According to these documents, Mozilla Foundation was incorporated on July 14th, 2003. It's been five years. Five years that come on top of the five years under Netscape's structure. Five years during which the community has experienced pretty much all the range of possible emotions, from hopelessness (when Netscape gave up) to victory. What seemed desperate in 2003 is now a daily reality. We're approaching 200 million active users.
I remember in 2003, I was going through some outplacement training, following the big Netscape lay-off. Picture this: unemployed people in a conference room, explaining to each other their "professional project plans". Most of us were quite depressed, I have to say. It was my turn to explain to the group what I was going to do. I started:
I want to build a browser. It will be built by a community of people, led by a non-profit organization. And we'll distribute it freely to the world. I hope that we'll do a better product than Microsoft...
People would gently smile at me, in an awkward way. They did not feel like telling me that my plan actually sounded crazy. Who wants to break a poor guy's heart, just after he's lost his job?
Then Peterv, who was at Netscape with me and co-founded Mozilla Europe, would go to a similar meeting, with some of the same people. He would tell his version of the story. And some of the attendees, who had heard me earlier on, would tell him: "Oh, you must be with Tristan, the charismatic Guru!". That was how people perceived us, adepts of a funky new religion. Because they could not really seize what Mozilla was about (not a company, for sure, but more than just a hobby, with insane goals), they considered us crazy people. A few years later, when I think about it, I guess there were not far from the truth .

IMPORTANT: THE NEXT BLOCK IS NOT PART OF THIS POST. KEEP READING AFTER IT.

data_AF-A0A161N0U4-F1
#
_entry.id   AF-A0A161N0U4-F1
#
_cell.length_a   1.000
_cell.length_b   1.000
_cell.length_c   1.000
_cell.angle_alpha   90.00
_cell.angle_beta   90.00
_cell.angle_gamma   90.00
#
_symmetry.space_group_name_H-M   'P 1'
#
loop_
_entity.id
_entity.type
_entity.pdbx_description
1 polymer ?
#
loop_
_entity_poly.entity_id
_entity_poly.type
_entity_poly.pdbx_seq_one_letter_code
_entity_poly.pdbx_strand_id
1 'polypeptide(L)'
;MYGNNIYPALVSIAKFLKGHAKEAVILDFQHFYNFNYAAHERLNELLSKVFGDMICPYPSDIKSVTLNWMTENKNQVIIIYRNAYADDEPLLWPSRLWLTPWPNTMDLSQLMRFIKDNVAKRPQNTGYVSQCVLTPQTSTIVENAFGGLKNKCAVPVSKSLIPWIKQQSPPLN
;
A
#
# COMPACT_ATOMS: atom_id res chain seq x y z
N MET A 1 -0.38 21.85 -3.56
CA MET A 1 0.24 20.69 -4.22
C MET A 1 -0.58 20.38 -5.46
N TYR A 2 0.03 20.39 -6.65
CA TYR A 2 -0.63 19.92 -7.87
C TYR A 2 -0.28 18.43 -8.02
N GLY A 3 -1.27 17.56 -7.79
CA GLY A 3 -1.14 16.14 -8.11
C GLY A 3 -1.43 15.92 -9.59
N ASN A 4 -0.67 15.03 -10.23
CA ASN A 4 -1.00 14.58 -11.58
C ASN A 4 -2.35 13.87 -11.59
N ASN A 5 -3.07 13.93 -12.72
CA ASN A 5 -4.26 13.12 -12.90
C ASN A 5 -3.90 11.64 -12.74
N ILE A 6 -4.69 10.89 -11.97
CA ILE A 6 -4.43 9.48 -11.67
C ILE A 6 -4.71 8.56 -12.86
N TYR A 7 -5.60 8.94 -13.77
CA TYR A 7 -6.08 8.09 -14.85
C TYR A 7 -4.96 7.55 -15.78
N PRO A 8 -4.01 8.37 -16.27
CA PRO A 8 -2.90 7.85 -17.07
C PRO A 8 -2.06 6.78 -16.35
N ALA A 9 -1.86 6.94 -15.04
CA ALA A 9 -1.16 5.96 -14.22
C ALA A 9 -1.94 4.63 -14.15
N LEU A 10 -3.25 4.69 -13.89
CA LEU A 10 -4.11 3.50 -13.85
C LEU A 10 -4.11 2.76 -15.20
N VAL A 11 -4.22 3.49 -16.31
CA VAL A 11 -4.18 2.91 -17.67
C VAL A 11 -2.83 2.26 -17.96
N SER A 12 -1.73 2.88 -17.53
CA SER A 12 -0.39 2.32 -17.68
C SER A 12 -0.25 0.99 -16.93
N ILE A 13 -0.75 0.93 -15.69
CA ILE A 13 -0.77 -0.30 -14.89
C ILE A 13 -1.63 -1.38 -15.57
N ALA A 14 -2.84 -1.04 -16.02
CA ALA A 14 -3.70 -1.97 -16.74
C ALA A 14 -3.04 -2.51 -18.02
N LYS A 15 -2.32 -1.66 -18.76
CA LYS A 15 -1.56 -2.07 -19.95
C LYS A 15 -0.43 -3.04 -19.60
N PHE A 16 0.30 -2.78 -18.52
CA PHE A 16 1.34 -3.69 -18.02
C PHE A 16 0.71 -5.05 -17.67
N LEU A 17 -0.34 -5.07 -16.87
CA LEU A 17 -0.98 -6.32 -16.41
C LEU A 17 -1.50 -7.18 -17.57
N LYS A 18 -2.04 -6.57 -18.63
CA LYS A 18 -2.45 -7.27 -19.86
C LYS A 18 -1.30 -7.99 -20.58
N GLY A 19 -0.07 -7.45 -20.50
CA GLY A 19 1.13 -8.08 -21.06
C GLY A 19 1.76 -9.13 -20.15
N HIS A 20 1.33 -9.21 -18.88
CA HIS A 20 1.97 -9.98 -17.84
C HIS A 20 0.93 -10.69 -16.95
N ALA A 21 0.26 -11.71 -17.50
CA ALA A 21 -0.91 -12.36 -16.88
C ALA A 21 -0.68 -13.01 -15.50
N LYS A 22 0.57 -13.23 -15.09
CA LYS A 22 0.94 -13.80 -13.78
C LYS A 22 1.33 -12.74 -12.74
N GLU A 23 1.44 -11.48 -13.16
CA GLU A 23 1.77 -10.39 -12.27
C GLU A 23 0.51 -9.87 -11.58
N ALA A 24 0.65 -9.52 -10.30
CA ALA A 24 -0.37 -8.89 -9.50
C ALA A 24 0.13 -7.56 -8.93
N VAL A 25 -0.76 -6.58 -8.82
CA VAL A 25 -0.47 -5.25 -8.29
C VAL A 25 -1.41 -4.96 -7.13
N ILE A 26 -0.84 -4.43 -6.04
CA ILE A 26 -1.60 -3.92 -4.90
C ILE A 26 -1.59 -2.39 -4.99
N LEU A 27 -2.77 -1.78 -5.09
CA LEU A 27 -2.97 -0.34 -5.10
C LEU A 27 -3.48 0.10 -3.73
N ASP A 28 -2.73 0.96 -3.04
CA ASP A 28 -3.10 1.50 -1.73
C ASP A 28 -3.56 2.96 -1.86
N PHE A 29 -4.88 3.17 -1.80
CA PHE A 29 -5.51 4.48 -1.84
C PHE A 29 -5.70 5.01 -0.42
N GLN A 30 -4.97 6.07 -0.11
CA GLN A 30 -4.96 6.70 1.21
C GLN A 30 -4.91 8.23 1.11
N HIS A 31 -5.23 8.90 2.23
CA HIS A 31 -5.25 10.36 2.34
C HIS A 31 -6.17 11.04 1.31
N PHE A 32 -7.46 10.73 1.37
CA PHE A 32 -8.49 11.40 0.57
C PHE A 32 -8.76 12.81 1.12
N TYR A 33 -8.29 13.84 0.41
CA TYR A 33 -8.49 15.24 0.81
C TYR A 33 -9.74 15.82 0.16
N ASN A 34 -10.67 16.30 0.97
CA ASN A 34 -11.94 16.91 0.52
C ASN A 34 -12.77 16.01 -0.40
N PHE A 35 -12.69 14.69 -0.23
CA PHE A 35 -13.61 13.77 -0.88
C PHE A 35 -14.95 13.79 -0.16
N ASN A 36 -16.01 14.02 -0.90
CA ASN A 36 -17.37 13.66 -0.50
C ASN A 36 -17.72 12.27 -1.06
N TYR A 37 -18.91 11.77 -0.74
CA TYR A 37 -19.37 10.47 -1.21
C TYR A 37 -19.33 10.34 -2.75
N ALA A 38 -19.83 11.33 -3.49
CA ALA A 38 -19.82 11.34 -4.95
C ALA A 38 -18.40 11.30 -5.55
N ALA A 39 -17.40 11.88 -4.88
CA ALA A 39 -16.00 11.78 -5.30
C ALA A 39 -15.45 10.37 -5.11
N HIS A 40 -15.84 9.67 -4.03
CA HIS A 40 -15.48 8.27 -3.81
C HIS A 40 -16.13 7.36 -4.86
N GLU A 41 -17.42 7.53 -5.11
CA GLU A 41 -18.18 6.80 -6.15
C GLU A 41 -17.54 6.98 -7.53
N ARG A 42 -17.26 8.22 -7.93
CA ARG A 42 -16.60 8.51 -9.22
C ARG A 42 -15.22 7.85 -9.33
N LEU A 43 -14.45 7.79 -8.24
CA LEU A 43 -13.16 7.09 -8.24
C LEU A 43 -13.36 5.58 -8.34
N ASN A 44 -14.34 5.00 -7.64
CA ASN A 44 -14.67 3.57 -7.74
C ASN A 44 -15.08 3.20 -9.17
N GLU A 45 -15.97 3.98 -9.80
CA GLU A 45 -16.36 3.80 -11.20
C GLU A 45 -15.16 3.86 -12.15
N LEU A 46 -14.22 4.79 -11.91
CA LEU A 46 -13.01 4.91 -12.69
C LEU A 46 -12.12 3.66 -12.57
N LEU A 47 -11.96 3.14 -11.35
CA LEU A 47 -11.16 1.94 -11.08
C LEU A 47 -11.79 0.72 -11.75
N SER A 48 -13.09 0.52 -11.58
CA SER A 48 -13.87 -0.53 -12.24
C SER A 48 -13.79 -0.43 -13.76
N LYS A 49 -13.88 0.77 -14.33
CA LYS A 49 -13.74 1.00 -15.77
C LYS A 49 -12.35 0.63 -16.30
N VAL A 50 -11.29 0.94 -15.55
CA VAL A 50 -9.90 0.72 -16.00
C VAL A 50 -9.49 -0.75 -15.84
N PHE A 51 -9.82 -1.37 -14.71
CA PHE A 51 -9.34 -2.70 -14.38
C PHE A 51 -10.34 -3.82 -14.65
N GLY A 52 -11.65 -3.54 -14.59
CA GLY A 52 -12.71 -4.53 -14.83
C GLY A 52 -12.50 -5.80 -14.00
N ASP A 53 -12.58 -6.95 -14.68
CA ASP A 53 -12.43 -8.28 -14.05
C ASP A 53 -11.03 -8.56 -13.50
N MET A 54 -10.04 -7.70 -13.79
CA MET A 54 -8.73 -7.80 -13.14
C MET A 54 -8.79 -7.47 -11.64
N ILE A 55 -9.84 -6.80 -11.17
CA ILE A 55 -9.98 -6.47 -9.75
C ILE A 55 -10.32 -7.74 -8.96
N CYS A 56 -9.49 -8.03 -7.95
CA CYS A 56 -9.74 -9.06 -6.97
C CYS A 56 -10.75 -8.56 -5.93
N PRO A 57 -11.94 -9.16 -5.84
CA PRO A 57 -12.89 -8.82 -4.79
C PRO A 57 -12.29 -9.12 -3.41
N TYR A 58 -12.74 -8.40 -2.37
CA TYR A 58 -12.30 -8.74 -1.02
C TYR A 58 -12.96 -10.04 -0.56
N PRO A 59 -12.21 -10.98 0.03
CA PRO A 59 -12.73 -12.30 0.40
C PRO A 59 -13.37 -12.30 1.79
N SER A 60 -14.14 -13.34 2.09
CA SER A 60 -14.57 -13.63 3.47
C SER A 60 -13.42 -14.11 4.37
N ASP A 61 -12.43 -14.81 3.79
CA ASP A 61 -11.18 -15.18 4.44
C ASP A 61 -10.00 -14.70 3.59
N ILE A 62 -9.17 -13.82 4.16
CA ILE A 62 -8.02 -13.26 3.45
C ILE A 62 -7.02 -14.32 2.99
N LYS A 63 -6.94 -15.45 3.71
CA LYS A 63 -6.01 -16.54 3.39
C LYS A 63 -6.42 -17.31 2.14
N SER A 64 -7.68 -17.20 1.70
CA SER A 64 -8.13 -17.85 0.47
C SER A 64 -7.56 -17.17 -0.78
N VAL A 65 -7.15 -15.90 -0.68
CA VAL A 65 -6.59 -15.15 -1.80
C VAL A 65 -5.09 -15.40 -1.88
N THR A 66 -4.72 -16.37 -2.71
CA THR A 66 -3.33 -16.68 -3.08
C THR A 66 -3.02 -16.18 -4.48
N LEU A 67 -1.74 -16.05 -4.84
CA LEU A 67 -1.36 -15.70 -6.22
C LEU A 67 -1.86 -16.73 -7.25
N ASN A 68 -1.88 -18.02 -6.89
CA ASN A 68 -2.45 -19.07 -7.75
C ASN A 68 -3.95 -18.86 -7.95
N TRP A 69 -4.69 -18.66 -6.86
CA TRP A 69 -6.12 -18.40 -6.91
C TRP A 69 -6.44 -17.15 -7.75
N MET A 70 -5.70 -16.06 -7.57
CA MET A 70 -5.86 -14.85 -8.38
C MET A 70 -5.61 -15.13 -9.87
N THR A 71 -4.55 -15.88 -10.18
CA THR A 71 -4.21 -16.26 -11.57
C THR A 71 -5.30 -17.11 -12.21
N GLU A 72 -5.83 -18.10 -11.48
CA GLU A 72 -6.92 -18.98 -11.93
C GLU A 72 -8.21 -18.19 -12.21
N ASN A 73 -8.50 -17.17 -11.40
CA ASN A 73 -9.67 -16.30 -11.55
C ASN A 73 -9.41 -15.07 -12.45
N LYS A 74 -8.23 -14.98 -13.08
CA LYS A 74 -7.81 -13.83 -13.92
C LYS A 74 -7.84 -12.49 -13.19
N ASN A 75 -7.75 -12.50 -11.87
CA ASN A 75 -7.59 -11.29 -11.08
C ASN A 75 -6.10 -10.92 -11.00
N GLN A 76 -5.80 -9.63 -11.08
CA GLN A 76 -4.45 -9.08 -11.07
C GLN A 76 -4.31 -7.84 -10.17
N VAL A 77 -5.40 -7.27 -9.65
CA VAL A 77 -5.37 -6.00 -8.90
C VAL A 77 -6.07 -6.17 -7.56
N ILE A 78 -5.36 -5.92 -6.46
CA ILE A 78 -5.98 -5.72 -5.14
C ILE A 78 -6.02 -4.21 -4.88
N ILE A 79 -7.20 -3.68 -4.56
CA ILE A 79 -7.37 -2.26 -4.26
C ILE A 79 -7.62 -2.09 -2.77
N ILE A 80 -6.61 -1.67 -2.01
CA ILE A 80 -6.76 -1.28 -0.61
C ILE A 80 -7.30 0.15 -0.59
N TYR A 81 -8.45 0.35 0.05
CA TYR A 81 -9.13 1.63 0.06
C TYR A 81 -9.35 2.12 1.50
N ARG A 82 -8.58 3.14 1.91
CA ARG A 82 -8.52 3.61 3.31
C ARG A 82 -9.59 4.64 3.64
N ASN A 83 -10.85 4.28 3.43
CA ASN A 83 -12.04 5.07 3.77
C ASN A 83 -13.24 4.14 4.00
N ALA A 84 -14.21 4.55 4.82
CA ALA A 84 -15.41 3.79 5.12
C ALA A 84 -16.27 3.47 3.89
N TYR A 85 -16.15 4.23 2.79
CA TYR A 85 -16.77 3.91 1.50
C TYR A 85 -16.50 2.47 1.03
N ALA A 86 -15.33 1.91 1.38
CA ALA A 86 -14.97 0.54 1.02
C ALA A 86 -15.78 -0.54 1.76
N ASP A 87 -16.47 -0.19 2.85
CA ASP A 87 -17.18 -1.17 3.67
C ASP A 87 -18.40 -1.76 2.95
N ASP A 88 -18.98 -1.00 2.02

Even my wife at the time, when I told her I wanted to work on Mozilla full-time instead of pursuing a less exciting but financially rewarding career that would pay the bills and feed our two kids, responded "I'm not sure to understand what all this thing is about, but it looks like it's important to you". Indeed!
Despite being pictured as crazy people, Peterv, Axel, Gandalf, Gerv, Jan, Olivier, Pascal, and the hundreds of other Mozilla Europe contributors kept working long hours by contributing to the Mozilla project at different levels, in order to make Mozilla a success in Europe. It's still hard to explain why Mozilla is important today. It was much harder 5 years ago, when Firefox existed solely in a few people's minds.
Interestingly enough, I've read something today (just 2 days after the anniversary) that describes really well what makes Mozilla particularly close to my heart:
Mozilla matters because Firefox is a consumer product. And not just any consumer product, it is THE consumer product that allows people to interact with the world wide web, the most consumer oriented part of the internet. Thus, while Apache, Linux, Sendmail and the million of other open source projects matter (a great deal!), the simple fact is, Mozilla is the brand that represents both the potential of open source and the importance of an open internet. This matters because it means a) Firefox and Mozilla are the catalysts in creating social awareness among millions of consumers about the importance of the open internet and b) as a result, Mozilla will likely be the first port of call of these newly awakened activists who wish to find ways to contribute.
What David Eaves said!
Now the question is "should Mozilla, now that Firefox 3 is such a success, tackle more ambitious goals?" There is a long discussion on blogs about this. I plan to enter the discussion soon (as soon as my bloody Inbox gets back to a manageable size, that is...)